Northern Prairie Wildlife Research Center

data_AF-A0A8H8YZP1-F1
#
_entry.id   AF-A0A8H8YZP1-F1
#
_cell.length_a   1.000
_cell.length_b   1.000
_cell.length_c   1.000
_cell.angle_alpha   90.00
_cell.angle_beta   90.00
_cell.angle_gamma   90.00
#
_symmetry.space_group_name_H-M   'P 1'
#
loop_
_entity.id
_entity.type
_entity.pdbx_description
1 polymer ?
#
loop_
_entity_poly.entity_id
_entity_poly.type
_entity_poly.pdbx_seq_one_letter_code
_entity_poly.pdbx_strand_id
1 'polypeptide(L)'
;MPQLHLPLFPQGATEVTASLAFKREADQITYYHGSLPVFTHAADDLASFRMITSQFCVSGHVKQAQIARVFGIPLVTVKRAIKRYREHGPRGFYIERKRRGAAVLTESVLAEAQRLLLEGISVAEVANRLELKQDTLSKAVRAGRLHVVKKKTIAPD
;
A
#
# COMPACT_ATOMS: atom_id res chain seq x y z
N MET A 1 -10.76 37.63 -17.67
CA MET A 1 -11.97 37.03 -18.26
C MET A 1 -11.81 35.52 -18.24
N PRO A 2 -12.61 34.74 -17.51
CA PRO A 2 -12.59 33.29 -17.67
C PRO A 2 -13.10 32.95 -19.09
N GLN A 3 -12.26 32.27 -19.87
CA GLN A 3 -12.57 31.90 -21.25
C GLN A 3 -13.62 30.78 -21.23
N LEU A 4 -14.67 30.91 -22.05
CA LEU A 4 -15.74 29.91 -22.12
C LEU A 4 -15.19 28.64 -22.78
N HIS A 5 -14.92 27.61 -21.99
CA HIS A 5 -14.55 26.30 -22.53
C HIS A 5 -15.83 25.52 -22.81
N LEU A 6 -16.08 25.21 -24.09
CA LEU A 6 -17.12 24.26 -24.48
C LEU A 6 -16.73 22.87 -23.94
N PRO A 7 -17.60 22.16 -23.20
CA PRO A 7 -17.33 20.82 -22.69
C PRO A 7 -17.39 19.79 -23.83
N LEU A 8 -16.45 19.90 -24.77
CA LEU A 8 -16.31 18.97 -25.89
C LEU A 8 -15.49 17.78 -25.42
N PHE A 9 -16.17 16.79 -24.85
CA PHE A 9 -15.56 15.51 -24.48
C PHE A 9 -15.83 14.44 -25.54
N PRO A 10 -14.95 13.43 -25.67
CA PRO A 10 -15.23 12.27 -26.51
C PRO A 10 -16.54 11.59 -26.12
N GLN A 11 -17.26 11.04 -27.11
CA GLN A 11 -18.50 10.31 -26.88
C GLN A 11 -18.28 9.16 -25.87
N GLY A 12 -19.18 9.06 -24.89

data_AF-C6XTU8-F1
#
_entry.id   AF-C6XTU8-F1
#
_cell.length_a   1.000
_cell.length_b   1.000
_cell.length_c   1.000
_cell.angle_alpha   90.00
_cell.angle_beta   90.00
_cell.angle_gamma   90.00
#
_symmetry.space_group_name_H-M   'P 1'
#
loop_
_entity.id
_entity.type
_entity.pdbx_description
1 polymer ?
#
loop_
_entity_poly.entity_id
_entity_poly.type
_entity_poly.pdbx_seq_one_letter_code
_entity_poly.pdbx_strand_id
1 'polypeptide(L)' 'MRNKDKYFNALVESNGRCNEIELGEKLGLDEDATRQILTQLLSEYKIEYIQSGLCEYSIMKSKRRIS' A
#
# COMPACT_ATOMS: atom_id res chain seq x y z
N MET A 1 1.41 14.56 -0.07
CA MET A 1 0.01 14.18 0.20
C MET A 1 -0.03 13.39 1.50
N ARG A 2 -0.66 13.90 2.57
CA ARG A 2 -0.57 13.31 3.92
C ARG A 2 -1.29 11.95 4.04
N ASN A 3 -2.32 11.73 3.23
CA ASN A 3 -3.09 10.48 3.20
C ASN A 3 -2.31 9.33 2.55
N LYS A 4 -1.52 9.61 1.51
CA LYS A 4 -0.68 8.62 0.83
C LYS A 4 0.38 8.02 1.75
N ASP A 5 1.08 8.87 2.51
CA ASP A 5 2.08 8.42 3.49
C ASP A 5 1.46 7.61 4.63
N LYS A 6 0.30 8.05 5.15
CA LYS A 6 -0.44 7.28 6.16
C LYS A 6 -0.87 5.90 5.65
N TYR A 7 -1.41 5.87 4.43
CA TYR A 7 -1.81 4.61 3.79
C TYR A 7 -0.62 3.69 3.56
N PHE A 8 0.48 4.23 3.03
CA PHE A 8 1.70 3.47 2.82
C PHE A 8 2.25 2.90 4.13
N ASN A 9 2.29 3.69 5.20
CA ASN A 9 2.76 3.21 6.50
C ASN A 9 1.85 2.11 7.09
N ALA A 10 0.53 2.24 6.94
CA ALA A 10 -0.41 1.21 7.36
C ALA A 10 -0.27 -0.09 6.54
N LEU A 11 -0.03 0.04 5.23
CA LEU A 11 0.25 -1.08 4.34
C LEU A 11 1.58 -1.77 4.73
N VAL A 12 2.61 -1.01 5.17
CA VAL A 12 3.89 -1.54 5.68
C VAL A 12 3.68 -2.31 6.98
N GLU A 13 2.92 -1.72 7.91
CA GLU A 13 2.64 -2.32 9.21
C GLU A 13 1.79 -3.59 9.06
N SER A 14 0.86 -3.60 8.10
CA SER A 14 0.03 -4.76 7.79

1 Lloyd F. Kiff, "Report on Egg Collections in North America" (Unpublished paper, May 2, 1977, Western Foundation of Vertebrate Zoology, Los Angeles, California), p. 1. 2 Bent, Bailey, Job, and Bishop were prominent oologists who collected extensively and published major works in the field of oology. Typically they amassed large collections, which were later housed at prominent museums. For example, Bent's oological collection, now housed at the National Museum, Washington, D.C., contained 30,000 eggs representing 902 species. 3 For further information on Eastgate and other North Dakota oologists, see Marc J. Bechard and C. Stuart Houston, "North Dakota Oologists," Blue Jay, 42-3 (September 1984), pp. 177-183. 4 Elmer T. Judd, List of North Dakota Birds Found in the Big Coulee, Turtle Mountains and Devils Lake Region, As noted during the years 1890 to 1896 and verified in the subsequent years to date, privately published, 1917, p. 3. 5 Holton A. Shaw Papers (hereafter HASP), Letter from Alf Eastgate, August 18, 1901. State Historical Society of North Dakota Manuscript Collection. Note: Bishop's collection of skins, eggs, nests and sterna of shorebirds numbering 53,000 specimens, is now housed in Chicago's Museum of Natural History. A smaller collection of Bishop's was donated to the Peabody Museum at Yale. See Hildegarde Howard, "Louis Bennett Bishop, 1865-1950," Auk (October 1951), pp. 440-446. Included in Bishop's collection were 2,950 bird skins and 3,525 eggs taken during his collecting trips in North Dakota during the years 1895, 1901, 1902, and 1905. See Louis B. Bishop, Birds of the Turtle Mountain Devils Lake Region of North Dakota (Unpublished Ms., 1946, State Historical Society of North Dakota Manuscript Collection), pp. 1-10. 6 HASP, Letter from Alf Eastgate, July 12, 1902. 7 Alfred H. Eastgate, "My Honeymoon," The Museum, 1 (1895), p. 121. 8 The hotel was constructed in 1882 along a route that its builders erroneously anticipated a branch line of the Great Northern Railroad. The hotel was not built specifically to accommodate hunters, but it came to serve that purpose. See Anonymous, Wam-Dus-Ky: A Descriptive Record of a Hunting Trip to North Dakota, 1892 (Minneapolis, 1893). 9 In 1899, for example, Shaw was selling eggs and nests of Baldpates and Lesser Scaups at 17½ and 25 cents each respectively compared to 50 cents per egg and 50 cents per nest of the white-winged scoter this at a time when the cost of mounting a Golden Eagle was $5.00, a Great Gray Owl $2.50, and a Marsh Hawk $2.00. See HASP, Jean Bell to H.A. Shaw, October 23, 1899; Ernest L. Brown to H.A. Shaw, December 31, 1898; Ernest L. Brown to H.A. Shaw, April 10, 1899; and Ernest L. Brown to H.A. Shaw, September 16, 1899. 10 Decreasing lake levels in subsequent years altered the land area within the reservation, now classified as a National Wildlife Refuge. The 1951 U.S. Geological Survey Topographic maps (Pekin NW Quadrangle) show two islands and two peninsulas as comprising the land area within the refuge. For additional information on the early establishment of national bird reservations see T.S. Palmer. National Reservations for the Protection of Wild Life (Circular No. 87, Bureau of Biological Survey, United States Department of Agriculture, 1912). 11 Shaw's correspondence indicates he was actively and regularly selling and trading eggs, as well as fossils and archeological artifacts, in 1892. 12 Through the use of an egg drill, blow pipe and other tools, eggs were thoroughly cleaned, marked with appropriate data, and other wise readied in preparation for storage or trading. 13 Louis B. Bishop, Birds of the Turtle Mountain-Devils Lake Region of North Dakota (Unpublished Ms., 1946, State Historical Society of North Dakota, Manuscript Collection, Louis B. Bishop Papers), p. 8. In the summer of 1906 Eastgate, in the capacity of "taxidermist and general assistant," accompanied H.K. Job, Louis B. Bishop and Jonathan Dwight, Jr. on an ornithological trip at Crane Lake, Saskatchewan. See C. Stuart Houston, "Birds and Birders at Crane Lake, Saskatchewan," Blue Jay, 41(4) (December 1983), p. 196. 14 The committee was established in 1883 at the second AOU Congress and was the origin of the Audubon Society. Dr. George Bird Grinnell, one of the committee's most active members, also served as president of the Audubon Society. See Bird Lore, 1:2 (April 1899), p. 61. 15 Louis B. Bishop Papers, State Historical Society of North Dakota Manuscript Collection. Collectors were occasionally arrested. Bishop's field notes for August 1, 1902 state, "Learned fr. letter fr. Bowman that Bryant and Mummery were arrested for collecting on July 29." Bowman was probably Charles W of Devils Lake; Bryant was likely Edwin S., and Mummery was likely W. Mummery. See Bechard and Houston, "North Dakota Oologists." 16 HASP, Alf Eastgate to Shaw, August 18, 1901. In 1901 non-resident hunting licenses were $25.00; resident licenses were seventy-five cents. William Ackerman is listed in the 1900-01 Grand Forks City Directory as Deputy Grand Forks County Auditor and as County Auditor in the 1902-03 directory. County Auditors issued hunting licenses in 1901. 17 Kiff, p. 2. 18 Letter, Lewis F. Crawford to Alf Eastgate, September 3, 1924, State Historical Society of North Dakota, Artifact Accession Numbers, Document Files (1793-1794).